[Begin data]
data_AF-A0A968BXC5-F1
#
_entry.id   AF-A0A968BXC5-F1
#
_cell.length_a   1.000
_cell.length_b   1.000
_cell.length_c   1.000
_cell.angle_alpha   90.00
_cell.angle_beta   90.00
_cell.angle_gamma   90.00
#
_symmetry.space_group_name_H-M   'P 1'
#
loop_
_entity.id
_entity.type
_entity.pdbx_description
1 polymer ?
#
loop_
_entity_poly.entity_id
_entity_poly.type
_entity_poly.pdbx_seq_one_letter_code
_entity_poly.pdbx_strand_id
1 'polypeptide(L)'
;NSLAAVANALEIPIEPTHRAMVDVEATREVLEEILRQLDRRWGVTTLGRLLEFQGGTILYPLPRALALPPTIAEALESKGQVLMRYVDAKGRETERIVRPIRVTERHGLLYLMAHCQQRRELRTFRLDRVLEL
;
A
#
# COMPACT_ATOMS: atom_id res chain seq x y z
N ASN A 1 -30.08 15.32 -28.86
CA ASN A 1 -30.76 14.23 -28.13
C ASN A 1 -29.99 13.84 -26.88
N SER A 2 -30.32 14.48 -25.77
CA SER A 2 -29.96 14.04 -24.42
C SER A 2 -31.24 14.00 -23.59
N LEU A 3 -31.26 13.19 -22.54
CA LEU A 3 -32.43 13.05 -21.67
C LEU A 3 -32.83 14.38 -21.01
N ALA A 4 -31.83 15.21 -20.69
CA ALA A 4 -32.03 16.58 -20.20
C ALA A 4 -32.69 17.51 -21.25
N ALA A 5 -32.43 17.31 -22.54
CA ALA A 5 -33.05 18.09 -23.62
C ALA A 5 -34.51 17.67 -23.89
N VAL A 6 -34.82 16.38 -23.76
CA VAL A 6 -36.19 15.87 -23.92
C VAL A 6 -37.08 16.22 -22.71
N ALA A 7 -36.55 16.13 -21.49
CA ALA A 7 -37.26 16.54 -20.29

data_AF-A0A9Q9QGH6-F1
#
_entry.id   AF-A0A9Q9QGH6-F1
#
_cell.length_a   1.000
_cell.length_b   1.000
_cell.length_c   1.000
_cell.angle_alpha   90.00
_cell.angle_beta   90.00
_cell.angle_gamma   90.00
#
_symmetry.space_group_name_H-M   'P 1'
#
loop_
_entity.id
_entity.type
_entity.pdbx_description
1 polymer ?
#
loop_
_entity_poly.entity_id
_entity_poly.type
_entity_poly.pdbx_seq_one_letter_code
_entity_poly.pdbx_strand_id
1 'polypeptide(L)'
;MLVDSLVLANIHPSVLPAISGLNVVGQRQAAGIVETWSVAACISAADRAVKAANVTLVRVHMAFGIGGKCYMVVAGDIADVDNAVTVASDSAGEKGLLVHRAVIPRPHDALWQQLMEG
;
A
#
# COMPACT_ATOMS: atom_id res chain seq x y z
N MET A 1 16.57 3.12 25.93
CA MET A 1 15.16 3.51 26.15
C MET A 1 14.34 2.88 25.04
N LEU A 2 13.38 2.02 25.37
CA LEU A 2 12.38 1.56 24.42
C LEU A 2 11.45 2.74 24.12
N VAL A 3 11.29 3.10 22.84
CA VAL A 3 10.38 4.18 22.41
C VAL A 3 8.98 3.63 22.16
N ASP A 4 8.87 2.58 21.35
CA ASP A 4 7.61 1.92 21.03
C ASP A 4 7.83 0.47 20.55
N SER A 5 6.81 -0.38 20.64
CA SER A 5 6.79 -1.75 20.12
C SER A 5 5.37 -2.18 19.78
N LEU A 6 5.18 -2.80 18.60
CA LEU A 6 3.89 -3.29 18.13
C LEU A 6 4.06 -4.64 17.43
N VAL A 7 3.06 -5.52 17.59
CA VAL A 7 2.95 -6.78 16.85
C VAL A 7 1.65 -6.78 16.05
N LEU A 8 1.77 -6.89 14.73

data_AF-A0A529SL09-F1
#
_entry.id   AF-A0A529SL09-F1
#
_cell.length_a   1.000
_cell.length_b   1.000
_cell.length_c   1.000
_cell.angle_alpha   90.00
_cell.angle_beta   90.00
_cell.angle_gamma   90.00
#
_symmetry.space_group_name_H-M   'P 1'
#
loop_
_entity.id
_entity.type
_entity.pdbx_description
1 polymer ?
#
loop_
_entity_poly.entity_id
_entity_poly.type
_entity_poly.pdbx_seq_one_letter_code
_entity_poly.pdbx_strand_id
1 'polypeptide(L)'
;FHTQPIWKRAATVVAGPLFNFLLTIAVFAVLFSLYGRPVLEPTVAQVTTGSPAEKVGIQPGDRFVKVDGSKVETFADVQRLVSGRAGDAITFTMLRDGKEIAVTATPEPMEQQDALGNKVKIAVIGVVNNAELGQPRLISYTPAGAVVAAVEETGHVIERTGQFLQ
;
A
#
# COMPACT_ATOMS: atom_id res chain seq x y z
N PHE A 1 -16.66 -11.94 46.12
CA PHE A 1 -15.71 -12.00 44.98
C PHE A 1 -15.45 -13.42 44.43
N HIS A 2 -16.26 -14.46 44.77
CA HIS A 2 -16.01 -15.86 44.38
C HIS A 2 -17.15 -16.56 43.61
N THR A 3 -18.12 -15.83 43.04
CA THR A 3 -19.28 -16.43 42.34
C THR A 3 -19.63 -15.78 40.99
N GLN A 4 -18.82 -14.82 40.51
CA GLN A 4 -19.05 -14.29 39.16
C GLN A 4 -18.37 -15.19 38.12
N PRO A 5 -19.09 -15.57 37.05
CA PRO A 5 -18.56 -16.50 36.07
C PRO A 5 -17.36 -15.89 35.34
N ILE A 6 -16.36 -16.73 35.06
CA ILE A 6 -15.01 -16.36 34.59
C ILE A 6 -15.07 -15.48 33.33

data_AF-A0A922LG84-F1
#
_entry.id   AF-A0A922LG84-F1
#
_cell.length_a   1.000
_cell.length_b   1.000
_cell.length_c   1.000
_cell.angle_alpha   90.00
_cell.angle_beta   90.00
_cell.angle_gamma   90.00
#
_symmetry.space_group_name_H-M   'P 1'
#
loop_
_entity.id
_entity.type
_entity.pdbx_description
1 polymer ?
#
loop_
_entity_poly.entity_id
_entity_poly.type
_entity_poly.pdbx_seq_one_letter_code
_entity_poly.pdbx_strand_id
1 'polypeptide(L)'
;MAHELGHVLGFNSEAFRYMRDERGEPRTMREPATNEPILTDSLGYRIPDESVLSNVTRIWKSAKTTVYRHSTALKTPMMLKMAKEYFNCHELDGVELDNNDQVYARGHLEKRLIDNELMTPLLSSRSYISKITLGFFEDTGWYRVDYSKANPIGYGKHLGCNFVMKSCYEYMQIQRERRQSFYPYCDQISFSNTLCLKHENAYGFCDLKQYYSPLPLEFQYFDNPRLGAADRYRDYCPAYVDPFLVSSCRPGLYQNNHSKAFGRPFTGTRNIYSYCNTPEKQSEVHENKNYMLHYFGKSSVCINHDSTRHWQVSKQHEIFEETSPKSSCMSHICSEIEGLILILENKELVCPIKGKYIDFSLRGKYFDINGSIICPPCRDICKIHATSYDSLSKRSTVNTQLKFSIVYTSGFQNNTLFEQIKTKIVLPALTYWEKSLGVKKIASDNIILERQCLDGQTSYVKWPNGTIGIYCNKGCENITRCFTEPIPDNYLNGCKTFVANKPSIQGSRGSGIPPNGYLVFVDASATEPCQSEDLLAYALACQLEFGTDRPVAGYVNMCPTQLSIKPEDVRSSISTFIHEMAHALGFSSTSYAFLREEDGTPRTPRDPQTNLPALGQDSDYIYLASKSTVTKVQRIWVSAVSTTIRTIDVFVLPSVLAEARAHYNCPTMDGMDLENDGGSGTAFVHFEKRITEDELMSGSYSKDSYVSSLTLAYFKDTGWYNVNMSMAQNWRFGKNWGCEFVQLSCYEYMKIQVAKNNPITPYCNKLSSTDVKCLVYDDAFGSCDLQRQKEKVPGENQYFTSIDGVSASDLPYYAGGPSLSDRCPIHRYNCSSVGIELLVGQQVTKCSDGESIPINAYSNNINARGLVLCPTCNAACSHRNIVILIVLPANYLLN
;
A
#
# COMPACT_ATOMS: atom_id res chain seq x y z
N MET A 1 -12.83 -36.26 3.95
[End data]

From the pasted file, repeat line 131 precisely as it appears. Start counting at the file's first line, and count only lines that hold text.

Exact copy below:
#